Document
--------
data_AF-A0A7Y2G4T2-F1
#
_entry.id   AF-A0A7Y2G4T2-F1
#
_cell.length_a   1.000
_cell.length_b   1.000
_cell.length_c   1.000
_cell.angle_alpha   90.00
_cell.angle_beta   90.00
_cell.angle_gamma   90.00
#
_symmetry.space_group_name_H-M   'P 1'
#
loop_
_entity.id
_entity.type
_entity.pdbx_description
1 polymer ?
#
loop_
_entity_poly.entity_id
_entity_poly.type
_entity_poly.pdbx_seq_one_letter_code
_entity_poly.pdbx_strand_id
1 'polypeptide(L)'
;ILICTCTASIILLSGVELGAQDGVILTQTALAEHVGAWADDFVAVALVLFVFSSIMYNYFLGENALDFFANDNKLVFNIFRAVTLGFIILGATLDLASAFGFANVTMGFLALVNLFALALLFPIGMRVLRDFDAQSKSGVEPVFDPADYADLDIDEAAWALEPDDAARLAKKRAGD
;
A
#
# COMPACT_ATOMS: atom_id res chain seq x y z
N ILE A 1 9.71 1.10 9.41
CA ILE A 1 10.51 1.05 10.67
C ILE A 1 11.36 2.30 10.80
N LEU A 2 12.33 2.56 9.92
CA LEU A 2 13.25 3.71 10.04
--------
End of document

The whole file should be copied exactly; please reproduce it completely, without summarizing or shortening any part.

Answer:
data_AF-A0A7Y2G4T2-F1
#
_entry.id   AF-A0A7Y2G4T2-F1
#
_cell.length_a   1.000
_cell.length_b   1.000
_cell.length_c   1.000
_cell.angle_alpha   90.00
_cell.angle_beta   90.00
_cell.angle_gamma   90.00
#
_symmetry.space_group_name_H-M   'P 1'
#
loop_
_entity.id
_entity.type
_entity.pdbx_description
1 polymer ?
#
loop_
_entity_poly.entity_id
_entity_poly.type
_entity_poly.pdbx_seq_one_letter_code
_entity_poly.pdbx_strand_id
1 'polypeptide(L)'
;ILICTCTASIILLSGVELGAQDGVILTQTALAEHVGAWADDFVAVALVLFVFSSIMYNYFLGENALDFFANDNKLVFNIFRAVTLGFIILGATLDLASAFGFANVTMGFLALVNLFALALLFPIGMRVLRDFDAQSKSGVEPVFDPADYADLDIDEAAWALEPDDAARLAKKRAGD
;
A
#
# COMPACT_ATOMS: atom_id res chain seq x y z
N ILE A 1 9.71 1.10 9.41
CA ILE A 1 10.51 1.05 10.67
C ILE A 1 11.36 2.30 10.80
N LEU A 2 12.33 2.56 9.92
CA LEU A 2 13.25 3.71 10.04